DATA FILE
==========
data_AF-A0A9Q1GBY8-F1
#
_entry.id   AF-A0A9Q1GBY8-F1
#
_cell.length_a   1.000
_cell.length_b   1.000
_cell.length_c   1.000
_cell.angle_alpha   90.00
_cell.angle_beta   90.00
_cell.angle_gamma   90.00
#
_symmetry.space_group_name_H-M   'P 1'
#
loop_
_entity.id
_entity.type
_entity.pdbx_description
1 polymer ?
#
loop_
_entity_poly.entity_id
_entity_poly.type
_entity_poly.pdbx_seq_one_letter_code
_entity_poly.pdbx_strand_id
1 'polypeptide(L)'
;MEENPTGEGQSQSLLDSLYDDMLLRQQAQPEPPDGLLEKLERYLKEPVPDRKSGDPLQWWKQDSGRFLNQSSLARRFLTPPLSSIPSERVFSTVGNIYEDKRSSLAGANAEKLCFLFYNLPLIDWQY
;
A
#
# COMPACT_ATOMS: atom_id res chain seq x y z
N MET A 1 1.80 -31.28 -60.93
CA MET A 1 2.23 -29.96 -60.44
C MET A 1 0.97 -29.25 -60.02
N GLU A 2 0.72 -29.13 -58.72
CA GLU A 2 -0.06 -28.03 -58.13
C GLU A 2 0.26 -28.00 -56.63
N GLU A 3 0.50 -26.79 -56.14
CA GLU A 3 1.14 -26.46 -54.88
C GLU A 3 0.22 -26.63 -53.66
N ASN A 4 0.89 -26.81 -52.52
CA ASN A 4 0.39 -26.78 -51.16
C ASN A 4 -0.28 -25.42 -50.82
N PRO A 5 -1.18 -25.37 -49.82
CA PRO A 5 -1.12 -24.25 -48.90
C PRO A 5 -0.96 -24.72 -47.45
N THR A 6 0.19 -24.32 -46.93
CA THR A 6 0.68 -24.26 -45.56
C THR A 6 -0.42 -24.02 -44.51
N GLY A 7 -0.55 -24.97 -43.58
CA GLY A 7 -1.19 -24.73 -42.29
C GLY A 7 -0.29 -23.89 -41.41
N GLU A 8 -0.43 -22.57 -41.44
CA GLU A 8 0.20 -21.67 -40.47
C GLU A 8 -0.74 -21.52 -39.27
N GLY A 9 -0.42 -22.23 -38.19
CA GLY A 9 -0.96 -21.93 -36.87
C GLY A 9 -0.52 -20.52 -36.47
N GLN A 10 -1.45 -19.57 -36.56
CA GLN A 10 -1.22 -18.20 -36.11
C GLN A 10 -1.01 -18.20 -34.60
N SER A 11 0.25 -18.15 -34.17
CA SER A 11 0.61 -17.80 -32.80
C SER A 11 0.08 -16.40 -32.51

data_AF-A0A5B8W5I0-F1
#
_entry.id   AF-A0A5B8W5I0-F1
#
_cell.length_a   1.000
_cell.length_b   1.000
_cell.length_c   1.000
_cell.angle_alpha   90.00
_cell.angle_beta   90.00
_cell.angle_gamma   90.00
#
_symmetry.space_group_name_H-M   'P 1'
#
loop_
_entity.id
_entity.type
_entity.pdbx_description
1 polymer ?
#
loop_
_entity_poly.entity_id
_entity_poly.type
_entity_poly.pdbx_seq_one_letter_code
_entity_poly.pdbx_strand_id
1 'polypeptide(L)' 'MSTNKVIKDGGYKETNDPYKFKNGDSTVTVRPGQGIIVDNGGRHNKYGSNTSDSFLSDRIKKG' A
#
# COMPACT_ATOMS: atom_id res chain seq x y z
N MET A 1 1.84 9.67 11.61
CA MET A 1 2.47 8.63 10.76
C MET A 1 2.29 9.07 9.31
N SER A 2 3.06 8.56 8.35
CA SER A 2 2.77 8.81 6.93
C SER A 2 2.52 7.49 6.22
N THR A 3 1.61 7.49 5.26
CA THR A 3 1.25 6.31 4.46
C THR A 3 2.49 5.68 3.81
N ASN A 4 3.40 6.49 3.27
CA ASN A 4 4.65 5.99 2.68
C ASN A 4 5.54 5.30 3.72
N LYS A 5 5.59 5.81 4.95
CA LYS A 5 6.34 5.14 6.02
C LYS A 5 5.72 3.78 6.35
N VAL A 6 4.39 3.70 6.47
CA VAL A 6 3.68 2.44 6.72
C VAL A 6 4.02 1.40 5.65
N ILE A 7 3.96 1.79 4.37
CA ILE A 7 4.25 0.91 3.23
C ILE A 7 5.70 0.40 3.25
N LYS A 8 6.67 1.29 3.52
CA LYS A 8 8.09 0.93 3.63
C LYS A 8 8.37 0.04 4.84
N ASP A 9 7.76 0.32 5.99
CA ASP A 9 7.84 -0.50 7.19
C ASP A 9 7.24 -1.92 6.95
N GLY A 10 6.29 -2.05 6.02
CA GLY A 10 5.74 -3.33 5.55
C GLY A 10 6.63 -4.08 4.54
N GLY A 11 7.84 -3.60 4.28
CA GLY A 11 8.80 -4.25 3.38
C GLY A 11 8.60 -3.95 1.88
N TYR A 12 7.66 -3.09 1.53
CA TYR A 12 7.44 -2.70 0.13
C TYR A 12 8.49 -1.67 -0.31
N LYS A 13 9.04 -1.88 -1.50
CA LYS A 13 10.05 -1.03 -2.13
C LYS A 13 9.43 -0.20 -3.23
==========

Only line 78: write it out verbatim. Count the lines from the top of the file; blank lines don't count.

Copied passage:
_entity.id